After recent protests by residents in Wukan village due to anger over farmland confiscations, Premier Wen Jiabao called for better protection of farmers’ land rights on a visit to Guangdong province. Wen did not mention the Wukan protests. Reuters India reports:
The Chinese premier, who retires later this year, said he understood why villagers were often angry about land losses, and vowed to give real bite to protections that in theory give farmers a collective say in land development.
What is the widespread problem now? It’s the arbitrary seizure of farmers’ fields, and the farmers have complaints about this, and it’s even sparking mass incidents,” Wen said in Guangdong on Saturday, according to the Xinhua report.
“The root of the problem is that the land is the property of the farmers, but this right has not been protected in the way it should be,” said Wen.
Wen, who has cast himself as a defender of the struggling farmer, also vowed to make village committee elections — seen by many residents as an empty formality under the thumb of officials — into an authentic channel for public opinion.
Wen’s comments did not change the policy regarding land rights, but his statements seemed to be in support of Wang Yang, Guangdong’s provincial party secretary. The Wall Street Journal adds:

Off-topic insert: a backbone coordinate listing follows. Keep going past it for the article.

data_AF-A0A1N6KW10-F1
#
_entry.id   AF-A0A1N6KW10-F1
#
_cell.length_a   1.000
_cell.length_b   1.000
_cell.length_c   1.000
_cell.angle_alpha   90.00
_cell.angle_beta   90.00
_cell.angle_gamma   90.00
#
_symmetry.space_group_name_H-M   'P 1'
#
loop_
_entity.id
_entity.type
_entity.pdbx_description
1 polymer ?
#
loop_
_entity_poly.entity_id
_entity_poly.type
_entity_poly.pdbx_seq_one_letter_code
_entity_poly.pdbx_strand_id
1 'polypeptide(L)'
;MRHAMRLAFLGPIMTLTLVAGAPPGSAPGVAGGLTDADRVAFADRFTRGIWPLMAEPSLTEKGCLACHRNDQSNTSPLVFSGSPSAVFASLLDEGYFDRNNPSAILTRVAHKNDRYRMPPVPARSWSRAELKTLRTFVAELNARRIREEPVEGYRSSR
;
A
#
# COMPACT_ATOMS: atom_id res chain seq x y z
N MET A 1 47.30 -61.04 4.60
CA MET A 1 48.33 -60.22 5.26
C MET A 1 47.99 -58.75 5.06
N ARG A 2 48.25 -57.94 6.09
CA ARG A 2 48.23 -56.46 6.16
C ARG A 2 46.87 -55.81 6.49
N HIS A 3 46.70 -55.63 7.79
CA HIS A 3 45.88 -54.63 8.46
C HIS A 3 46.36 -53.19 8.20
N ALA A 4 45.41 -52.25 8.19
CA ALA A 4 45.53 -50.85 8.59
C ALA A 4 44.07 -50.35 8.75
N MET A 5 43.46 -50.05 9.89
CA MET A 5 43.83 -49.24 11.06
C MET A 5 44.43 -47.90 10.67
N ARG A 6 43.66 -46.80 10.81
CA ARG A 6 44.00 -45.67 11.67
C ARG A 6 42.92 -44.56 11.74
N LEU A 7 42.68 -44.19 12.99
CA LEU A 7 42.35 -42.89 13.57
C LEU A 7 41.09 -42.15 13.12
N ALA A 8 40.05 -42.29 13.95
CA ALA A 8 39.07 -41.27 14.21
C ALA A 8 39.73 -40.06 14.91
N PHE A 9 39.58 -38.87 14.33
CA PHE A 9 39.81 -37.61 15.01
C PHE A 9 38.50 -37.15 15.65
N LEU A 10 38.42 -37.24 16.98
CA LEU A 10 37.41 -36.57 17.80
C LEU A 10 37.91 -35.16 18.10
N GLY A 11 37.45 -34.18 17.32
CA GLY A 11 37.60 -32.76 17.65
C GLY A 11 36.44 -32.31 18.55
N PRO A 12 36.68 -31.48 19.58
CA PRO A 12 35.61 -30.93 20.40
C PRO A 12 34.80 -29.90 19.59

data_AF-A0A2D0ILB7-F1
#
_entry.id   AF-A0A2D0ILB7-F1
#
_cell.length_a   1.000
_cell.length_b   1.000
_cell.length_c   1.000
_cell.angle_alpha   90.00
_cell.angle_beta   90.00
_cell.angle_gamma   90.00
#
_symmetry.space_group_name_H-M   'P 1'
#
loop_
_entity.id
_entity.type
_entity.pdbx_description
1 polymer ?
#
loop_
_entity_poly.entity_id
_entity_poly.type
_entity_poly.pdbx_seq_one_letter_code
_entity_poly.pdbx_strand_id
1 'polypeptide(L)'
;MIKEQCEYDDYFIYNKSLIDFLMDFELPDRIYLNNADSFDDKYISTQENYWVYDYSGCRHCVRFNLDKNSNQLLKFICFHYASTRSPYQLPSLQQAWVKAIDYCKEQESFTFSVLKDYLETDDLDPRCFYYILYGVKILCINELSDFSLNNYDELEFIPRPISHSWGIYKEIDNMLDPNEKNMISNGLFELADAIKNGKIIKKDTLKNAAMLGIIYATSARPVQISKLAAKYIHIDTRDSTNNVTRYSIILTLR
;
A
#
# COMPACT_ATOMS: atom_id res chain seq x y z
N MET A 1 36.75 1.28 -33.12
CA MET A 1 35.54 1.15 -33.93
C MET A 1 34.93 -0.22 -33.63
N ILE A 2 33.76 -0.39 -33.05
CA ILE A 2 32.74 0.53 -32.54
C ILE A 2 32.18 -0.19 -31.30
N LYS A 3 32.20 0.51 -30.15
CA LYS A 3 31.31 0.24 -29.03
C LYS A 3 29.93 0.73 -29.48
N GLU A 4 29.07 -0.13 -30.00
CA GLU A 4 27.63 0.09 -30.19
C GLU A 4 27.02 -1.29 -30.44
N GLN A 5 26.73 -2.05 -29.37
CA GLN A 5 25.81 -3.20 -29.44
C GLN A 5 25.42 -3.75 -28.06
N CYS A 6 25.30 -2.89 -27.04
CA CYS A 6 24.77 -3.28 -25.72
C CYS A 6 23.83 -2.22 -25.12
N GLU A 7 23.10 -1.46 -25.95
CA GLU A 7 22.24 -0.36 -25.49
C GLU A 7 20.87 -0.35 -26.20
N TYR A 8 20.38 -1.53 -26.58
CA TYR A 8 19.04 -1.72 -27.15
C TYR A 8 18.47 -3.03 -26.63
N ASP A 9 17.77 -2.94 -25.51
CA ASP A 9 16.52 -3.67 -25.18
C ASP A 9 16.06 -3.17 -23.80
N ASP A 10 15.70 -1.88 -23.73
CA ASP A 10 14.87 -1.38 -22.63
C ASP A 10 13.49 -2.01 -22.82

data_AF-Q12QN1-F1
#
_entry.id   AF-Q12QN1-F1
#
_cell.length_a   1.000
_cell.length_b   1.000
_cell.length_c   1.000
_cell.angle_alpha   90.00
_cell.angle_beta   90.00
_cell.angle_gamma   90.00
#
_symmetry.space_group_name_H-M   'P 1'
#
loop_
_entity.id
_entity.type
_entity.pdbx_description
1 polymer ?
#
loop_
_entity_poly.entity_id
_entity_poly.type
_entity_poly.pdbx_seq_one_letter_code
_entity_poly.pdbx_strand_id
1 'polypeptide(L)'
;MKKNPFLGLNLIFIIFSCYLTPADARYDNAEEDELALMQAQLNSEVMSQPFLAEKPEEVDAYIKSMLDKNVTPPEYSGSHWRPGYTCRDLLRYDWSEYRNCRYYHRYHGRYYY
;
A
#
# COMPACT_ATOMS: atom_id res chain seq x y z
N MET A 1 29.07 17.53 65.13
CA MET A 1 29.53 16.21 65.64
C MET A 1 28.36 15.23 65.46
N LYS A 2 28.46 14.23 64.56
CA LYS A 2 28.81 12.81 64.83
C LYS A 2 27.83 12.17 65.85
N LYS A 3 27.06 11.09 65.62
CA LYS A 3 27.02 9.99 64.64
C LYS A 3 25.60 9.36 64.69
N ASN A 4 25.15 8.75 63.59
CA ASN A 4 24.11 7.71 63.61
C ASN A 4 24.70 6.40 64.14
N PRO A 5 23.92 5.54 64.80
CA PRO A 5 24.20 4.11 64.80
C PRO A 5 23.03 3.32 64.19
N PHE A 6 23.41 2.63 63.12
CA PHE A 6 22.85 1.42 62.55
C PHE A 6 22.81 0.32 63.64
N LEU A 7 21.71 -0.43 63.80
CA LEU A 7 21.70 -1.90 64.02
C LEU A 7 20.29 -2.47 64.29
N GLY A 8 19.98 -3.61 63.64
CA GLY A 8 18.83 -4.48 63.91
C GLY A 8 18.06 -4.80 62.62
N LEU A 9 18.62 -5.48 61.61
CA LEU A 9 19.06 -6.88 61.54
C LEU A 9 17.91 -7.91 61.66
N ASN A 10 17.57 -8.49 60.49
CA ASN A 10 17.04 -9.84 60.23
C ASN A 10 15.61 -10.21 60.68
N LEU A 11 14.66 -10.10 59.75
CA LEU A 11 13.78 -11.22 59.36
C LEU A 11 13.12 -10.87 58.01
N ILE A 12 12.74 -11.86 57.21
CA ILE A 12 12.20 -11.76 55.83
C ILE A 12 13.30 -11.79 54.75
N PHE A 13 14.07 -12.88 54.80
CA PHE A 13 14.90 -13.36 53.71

The comments, reported on Sunday, appeared to be a signal of support for Guangdong’s provincial party secretary, Wang Yang. Mr. Wang, who is widely viewed as among the most liberal of China’s top leadership, has embarked on a risky campaign to reduce official rural corruption by making significant concessions to protesting villagers, and allowing former protest leaders in Wukan to take up key posts in the village government.
Mr. Wang is vying for a spot on China’s all-powerful Politburo Standing Committee in a leadership transition later this year. Some analysts say Mr. Wang’s political fate is tied in some degree to the success of grass-roots democracy in Wukan. The case has galvanized national attention, and has been widely debated on China’s popular social networking sites in recent weeks.
Analysts say Mr. Wang’s model in Wukan likely faces resistance elsewhere in China among local leaders who fear unhappy residents across China will be emboldened by the apparent victory of Wukan’s villagers.
Protests in Wukan began in September, and centered on alleged land grabs by local officials. They escalated dramatically in December after a protest leader, Xue Jinbo, died while in police custody. The protests only subsided after Mr. Wang sent one of his top lieutenants to the village to make concessions to protest leaders.
Read much more about Wukan via CDT.